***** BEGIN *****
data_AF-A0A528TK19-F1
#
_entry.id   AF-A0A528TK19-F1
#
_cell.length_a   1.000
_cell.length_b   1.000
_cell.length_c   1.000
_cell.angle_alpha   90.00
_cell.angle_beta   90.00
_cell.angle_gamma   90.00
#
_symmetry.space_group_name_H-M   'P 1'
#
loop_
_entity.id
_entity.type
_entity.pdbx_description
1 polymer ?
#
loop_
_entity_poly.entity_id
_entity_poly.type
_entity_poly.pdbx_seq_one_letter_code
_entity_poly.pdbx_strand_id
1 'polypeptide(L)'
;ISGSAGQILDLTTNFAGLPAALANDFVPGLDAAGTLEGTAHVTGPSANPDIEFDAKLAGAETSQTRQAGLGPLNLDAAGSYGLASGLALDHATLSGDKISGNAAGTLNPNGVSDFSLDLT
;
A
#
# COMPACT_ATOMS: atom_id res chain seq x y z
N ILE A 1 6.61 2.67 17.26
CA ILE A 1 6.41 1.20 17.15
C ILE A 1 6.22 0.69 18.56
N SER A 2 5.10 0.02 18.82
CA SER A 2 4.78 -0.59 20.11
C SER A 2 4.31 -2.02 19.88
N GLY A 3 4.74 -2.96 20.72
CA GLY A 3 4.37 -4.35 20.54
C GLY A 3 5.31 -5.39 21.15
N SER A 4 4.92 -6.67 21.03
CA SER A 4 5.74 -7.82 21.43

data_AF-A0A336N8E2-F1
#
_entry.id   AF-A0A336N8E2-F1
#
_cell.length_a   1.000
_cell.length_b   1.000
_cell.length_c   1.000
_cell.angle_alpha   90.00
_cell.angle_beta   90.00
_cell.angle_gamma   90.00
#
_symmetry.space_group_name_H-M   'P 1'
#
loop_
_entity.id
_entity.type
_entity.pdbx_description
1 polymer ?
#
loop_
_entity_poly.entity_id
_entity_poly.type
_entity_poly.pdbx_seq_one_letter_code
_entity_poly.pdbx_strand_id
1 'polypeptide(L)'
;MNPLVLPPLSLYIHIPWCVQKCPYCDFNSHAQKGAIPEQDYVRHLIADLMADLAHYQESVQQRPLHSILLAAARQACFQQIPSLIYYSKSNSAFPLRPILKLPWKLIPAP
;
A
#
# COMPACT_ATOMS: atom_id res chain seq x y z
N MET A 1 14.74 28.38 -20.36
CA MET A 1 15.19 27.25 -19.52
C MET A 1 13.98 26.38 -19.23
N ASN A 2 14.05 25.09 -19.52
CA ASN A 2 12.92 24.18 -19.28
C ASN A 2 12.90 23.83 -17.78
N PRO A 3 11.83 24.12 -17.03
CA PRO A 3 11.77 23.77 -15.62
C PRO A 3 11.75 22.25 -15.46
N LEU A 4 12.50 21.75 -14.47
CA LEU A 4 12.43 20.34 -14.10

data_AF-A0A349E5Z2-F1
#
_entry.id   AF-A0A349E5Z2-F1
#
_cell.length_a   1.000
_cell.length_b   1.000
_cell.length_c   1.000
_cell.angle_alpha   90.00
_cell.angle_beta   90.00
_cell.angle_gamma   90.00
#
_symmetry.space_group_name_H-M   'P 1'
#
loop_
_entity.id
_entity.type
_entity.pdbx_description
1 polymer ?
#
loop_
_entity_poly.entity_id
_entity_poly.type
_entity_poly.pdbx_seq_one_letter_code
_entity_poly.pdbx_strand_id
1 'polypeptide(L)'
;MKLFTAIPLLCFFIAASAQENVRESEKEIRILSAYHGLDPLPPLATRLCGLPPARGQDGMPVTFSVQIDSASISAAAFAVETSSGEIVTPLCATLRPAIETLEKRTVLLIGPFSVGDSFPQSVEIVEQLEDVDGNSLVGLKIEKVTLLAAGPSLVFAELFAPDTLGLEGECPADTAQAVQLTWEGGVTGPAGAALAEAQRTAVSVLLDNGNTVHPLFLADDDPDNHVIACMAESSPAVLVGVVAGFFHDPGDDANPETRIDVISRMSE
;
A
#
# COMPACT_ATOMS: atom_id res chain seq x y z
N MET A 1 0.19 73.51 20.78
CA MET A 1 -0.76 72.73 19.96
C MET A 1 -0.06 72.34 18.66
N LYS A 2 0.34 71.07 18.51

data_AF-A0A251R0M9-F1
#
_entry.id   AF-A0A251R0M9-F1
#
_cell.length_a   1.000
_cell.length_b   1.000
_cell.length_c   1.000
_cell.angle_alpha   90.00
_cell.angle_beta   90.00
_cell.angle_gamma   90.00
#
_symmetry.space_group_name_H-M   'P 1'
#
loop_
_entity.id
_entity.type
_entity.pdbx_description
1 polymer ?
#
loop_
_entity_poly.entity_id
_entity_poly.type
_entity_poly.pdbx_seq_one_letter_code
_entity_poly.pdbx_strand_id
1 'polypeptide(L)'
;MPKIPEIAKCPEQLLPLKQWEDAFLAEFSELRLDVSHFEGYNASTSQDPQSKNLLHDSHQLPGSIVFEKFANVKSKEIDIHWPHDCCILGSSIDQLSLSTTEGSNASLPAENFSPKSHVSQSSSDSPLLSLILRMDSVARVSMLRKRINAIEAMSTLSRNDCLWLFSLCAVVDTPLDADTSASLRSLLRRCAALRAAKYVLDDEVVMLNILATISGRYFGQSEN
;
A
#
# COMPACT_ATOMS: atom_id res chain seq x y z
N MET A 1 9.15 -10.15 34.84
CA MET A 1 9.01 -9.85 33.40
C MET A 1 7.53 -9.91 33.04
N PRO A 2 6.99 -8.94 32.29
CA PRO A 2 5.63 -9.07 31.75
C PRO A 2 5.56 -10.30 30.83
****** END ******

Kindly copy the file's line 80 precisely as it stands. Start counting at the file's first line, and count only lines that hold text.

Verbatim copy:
C PRO A 3 11.75 22.25 -15.46